Those opportunities may seem distant if you're burdened by student loans and credit card debt. Getting out of debt is the best way to ensure you can qualify for and pay a mortgage. That means cutting spending now and committing to paying off loans and credit cards with any extra money.
Don't think of the nights out that you won't have. Instead, focus on the wonderful experiences you'll have in your new home. Think of having a holiday meal at your kitchen table surrounded by family and friends. That's the experience you're investing in when you position yourself for homeownership.
3) FOMO on financial security
Setting aside money in an emergency fund can help you escape the constant cycle of living paycheck-to-paycheck. A few hundred dollars in a savings account can provide a great deal of peace of mind. It's a tremendous comfort to know that, even if an unexpected expense crops up, you've got rent and other basics covered.
Financial security is an experience just like going to a live show or festival. The difference is that it's an ongoing, long-lasting one. There is no closing time, and there is no last call. Being secure in your finances will make it easier to have the kind of experiences you want in life.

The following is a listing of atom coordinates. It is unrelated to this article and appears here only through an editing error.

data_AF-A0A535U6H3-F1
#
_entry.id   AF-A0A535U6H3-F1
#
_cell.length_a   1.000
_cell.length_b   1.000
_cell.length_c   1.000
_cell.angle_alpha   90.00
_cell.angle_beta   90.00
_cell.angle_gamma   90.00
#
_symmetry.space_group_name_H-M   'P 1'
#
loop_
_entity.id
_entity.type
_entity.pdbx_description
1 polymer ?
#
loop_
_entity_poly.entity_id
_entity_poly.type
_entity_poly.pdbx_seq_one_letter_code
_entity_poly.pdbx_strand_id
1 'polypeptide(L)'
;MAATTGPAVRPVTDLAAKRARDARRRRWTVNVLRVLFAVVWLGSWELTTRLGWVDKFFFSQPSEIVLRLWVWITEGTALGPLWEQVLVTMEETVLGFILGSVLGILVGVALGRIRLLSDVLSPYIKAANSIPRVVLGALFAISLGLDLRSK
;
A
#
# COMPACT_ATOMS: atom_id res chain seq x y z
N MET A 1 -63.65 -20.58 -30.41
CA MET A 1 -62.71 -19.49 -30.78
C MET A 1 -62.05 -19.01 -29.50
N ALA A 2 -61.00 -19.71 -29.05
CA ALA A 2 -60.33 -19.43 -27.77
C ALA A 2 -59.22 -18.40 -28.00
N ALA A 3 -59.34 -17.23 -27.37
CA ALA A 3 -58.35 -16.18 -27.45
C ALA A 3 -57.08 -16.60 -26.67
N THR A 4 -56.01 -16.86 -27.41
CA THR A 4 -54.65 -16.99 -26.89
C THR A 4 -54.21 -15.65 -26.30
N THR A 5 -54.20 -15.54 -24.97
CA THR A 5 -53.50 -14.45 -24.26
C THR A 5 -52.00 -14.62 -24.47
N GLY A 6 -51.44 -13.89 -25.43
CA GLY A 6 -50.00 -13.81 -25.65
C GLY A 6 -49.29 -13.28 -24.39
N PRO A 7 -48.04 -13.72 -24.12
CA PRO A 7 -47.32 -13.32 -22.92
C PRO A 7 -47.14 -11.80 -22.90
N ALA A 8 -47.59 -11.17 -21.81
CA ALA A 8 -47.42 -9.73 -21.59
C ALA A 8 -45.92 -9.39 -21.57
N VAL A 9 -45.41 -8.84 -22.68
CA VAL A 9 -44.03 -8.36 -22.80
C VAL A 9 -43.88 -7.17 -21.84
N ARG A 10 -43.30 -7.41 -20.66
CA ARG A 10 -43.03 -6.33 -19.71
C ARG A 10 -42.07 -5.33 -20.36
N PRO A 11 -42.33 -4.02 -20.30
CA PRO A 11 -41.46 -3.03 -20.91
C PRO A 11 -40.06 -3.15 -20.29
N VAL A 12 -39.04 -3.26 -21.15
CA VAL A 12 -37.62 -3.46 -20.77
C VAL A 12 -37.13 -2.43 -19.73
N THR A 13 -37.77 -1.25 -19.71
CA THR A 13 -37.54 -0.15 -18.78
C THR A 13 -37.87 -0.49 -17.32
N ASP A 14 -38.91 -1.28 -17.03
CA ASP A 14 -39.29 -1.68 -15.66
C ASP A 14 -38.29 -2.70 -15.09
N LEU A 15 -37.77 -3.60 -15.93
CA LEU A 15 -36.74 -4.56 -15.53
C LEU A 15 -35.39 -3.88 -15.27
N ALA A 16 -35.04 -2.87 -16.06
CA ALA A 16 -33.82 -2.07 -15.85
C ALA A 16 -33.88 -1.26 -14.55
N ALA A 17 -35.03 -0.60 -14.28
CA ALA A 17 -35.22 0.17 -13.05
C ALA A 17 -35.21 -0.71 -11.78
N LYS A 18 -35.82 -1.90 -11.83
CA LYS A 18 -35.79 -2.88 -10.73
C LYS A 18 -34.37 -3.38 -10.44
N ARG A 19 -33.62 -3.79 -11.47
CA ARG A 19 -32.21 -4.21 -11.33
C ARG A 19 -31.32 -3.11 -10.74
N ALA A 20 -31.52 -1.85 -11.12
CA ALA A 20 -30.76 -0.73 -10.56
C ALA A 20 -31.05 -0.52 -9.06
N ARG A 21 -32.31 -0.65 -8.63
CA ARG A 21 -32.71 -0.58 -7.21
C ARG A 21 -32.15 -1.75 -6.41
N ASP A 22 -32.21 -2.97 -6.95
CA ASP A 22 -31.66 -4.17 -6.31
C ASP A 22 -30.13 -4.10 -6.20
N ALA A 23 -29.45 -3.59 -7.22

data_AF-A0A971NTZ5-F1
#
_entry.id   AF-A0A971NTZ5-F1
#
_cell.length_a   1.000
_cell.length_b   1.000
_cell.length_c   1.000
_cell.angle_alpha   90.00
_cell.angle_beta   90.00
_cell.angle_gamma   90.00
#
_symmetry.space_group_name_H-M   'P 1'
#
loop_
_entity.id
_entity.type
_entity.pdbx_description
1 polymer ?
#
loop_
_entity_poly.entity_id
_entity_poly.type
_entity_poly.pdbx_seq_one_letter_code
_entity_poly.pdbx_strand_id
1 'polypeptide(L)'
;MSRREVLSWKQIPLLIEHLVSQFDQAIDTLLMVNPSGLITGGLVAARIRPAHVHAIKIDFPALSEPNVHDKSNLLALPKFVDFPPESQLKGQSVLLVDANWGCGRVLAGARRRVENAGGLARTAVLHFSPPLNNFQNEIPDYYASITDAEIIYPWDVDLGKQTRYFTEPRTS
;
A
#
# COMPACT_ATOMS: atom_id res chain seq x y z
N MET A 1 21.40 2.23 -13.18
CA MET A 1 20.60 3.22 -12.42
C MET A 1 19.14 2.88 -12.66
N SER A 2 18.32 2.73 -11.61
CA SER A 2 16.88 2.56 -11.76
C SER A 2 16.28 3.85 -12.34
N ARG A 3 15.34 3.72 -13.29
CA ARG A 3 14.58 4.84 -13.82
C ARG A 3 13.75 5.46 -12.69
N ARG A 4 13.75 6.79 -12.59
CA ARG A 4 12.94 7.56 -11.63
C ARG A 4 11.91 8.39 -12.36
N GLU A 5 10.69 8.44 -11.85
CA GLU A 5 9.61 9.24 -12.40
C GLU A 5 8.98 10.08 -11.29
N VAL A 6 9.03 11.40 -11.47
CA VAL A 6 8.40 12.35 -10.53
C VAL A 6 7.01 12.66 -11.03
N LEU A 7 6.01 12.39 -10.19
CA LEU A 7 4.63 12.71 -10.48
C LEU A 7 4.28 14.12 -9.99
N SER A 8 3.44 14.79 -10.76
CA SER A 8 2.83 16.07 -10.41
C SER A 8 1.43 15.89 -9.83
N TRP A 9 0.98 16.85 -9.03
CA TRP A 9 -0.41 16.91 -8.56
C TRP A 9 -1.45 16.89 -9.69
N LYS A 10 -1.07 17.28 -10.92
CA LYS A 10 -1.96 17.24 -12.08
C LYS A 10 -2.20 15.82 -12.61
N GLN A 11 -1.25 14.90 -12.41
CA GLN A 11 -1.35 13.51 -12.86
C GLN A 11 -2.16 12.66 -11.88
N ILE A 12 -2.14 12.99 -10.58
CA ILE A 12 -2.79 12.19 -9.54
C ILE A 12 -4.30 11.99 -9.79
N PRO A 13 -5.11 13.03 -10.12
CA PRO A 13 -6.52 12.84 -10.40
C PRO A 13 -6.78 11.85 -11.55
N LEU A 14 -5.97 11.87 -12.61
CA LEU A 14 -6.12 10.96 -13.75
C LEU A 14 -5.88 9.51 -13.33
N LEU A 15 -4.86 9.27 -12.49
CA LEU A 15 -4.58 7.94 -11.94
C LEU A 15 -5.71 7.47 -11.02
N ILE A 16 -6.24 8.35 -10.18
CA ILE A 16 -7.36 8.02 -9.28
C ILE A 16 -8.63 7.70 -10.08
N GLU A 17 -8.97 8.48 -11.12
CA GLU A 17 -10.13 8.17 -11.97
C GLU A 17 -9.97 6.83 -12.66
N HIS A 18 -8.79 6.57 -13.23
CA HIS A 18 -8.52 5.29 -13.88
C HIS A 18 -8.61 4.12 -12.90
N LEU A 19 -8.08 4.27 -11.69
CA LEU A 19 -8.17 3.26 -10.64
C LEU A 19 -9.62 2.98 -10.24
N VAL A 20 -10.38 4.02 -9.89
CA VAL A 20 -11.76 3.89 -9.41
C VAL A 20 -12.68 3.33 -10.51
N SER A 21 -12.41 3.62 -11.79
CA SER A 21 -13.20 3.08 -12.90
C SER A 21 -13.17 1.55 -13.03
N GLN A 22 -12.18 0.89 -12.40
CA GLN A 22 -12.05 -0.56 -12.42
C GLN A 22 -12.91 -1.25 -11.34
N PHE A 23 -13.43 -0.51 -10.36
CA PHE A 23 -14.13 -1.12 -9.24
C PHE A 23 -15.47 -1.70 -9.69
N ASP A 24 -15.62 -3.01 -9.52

Fighting Fear Of Missing Out is a challenge. You only live once, as another acronym, YOLO, reminds us. Don't use that as an excuse to not think about the future. You only get one life to have the kind of experiences you want to have, but that doesn't mean you have to have them all right now. You can't go back and study harder or save more for retirement. Live an enthusiastic, out-loud life in a financially responsible way.
If you're interested in your financial future, get in touch with us. Our friendly, knowledgeable staff can help you plan for home ownership or retirement. Any great experience, whether it's living debt-free or retiring early, can be a little easier when you get help. Call, click, or stop by any MHV branch today, and get help overcoming financial FOMO.
The holidays are a time of family togetherness and celebration. They are also a time when most people tend to be distracted, busy, and emotional. Scammers know this and they tend to amp up their efforts during the holiday season. In the interest of keeping things in the holiday spirit, let's look at 12 scams of Christmas.
1.) Mobile malice
Be wary of "season-themed" apps that perform frivolous functions, yet demand top-level security access. An app that makes it look like there's snow on your background image doesn't need to send or receive texts. Such an app might send premium text messages and leave you holding the bill.
2.) E-card danger